The North Carolina legislature is once again seeking to minimize Gov. Roy Cooper’s powers. House Bill 264, the Emergency Powers Accountability Act, would make it so the governor would need permission from other party officials to declare a state of emergency if passed. This comes from the discontent many Republican politicians have expressed over the prolonged school closures and business limitations during the pandemic. The bill has to be discussed with one more committee before reaching the House floor of our state legislature to then be discussed.
This does not come as a shock. With North Carolina having a very Republican legislative body, it is not surprising this isn’t the first time a bill like this has appeared and has had to be vetoed by Gov. Cooper. While it is reasonable to want to have other opinions and options work out, it is worrisome what would happen if this bill was installed.
Looking at the facts, Roy Cooper has had over 60 executive orders related to COVID-19 since March 10, 2020, when the first state of emergency was issued. These executive orders, ranging from moratoriums on evictions to making property available for aid during this health crisis for schools and health departments to better serve the citizens of North Carolina, are reasonable, sound and necessary considering the circumstances that we are in.
It is my worry, as a student and a citizen of the state for more than 21 years, that this bill will lead the way for Republicans to prioritize economics and protect the wealthy rather than human rights. If we were to open businesses and schools to full capacity, there would be no stopping this health crisis. Not only would many more people get sick and die, it would become more and more difficult to vaccinate those in the community due to rapid mutation from the virus, which would spread exponentially faster without restrictions. As our state creeps closer to 1 million total cases since last March, this push to end the COVID-19 restrictions is very alarming.
No, no one likes sitting inside all the time or being limited to what we can and cannot do. However, it seems as if the anger of the pandemic has caused an exponential amount of fingers to be pointed, and those who are pointing fingers are using their political power to try to get what they want. I can guarantee that if this bill is passed, there will be no end to this mayhem, to this pain that has plagued our communities, at least not for a while. If you truly and deeply love your country, you will respect science and take time to understand what is going on in our nation.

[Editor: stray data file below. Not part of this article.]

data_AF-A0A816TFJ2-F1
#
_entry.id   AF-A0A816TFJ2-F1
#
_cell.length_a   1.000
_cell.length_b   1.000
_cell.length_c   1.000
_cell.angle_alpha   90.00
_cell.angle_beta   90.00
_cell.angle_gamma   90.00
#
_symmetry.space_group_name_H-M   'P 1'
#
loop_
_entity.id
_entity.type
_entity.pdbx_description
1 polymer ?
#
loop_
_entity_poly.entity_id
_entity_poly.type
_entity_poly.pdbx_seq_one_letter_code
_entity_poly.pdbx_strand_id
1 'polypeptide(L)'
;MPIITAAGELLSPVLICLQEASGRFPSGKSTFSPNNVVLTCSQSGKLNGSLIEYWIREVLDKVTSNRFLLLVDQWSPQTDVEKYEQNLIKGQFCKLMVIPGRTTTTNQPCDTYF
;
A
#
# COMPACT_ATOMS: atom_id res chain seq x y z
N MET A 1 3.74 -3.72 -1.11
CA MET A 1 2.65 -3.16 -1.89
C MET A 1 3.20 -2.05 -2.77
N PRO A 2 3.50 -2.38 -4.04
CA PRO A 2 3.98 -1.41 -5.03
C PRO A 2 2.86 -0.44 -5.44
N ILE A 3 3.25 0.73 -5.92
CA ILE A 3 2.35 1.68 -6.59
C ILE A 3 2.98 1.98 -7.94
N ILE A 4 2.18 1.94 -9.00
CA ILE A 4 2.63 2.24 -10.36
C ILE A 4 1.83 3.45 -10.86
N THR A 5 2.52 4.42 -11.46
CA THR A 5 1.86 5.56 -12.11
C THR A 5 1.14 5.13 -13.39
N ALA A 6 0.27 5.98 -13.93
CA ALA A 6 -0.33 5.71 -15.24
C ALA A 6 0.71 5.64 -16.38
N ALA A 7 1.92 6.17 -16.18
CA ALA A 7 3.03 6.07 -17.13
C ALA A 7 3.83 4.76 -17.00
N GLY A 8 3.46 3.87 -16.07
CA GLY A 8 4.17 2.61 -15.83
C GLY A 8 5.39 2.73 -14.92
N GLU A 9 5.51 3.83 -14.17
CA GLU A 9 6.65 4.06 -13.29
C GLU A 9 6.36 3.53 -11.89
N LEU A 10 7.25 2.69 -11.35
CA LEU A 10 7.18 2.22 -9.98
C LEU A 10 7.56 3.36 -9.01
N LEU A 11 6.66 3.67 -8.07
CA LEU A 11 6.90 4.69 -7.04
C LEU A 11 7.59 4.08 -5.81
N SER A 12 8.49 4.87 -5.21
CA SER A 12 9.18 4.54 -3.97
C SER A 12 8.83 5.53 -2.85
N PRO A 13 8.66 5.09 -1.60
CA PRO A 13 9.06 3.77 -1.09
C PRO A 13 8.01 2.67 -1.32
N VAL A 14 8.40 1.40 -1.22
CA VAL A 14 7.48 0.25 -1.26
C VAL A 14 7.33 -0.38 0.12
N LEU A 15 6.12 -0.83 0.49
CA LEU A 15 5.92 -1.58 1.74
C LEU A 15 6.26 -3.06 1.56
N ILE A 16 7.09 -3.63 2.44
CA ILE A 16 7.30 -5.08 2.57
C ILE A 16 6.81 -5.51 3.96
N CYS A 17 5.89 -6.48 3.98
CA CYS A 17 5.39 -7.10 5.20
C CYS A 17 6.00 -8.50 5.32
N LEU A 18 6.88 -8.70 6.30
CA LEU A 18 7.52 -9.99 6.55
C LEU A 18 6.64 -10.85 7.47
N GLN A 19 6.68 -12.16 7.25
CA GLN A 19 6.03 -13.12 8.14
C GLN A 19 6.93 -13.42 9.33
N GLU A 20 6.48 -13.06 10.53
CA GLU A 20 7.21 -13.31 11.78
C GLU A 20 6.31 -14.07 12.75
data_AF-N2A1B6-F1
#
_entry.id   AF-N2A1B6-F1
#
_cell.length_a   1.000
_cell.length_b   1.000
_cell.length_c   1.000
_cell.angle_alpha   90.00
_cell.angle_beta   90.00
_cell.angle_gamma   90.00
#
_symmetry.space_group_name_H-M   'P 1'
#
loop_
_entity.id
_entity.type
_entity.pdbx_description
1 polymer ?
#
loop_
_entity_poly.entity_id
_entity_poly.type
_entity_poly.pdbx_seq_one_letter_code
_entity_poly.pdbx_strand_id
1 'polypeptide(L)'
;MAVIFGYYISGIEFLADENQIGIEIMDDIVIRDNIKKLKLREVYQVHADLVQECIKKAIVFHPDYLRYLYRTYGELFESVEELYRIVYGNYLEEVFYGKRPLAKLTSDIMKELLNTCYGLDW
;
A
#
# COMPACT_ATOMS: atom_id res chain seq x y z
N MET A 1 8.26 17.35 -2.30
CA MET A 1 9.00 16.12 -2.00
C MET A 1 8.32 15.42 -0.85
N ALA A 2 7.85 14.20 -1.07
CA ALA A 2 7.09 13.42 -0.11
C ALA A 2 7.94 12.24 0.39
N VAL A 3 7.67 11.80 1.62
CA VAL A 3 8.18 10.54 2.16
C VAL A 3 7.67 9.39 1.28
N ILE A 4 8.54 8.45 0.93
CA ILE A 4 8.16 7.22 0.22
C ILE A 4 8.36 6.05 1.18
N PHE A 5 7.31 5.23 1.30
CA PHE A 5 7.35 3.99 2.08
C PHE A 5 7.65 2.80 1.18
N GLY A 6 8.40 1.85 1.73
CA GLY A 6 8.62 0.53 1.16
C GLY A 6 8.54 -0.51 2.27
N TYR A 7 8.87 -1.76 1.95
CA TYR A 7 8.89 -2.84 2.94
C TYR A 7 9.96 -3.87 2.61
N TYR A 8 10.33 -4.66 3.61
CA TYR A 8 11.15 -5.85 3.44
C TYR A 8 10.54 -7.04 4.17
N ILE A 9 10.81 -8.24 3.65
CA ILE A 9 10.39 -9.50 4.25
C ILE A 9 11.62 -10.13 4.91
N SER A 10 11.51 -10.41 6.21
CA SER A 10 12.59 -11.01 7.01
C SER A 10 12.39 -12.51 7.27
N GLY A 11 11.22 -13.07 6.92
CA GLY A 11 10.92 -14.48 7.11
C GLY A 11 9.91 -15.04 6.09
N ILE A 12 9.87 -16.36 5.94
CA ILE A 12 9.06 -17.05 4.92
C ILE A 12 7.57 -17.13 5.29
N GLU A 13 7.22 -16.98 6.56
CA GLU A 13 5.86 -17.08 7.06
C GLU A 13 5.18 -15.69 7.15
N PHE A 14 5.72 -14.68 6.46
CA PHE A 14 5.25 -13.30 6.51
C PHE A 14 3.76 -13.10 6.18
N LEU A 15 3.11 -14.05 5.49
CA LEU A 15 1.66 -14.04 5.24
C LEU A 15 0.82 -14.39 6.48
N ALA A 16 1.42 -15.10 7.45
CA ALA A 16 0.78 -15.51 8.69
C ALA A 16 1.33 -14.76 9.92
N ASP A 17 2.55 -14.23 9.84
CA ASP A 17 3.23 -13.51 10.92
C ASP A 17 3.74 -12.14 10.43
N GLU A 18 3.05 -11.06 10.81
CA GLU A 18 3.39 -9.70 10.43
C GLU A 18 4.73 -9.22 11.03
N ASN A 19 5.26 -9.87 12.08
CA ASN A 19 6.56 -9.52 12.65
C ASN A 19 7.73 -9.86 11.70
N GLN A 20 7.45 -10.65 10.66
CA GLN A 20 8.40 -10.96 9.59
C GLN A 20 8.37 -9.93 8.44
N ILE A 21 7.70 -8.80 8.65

As students, we are in an awkward situation. We didn't come into college thinking we would be fully online, and that's not what we signed up to do either. Many of us want to get back into the classroom and learn in our preferred environment. However, my worry is if students are made to go back into in-person courses before there is enough immunity and less cases, we will continue to suffer educationally and economically. NC State has continuously been on top of this situation and looked out for the students and staff, but that will mean nothing if it only pertains to the borders of our campus.
Essentially, the push to limit the governor's powers with this bill shows the lack of attention and care many of our lawmakers have for their voters. It is the job of every lawmaker to make sure their actions, which occur due to the power we grant them, should only be used to aid others. Wanting to limit the head of our state government in a time or crisis shows partisanship from science. Simply put, it is prioritization of monetary gain over the evitable loss of human life.
This bill not only shows the partisanship that riddles our legislature, but also our state. Many of us have probably taken a few biology courses and understand what is happening around us are facts. I urge my fellow students to make it clear and simple to our legislature that limiting the powers of the governor due to anger over the schools and businesses closing is not only very disingenuous towards the citizens of North Carolina, but also clearly paints a picture that money is more important than individual humans. If I may say, that is not very “pro-life.”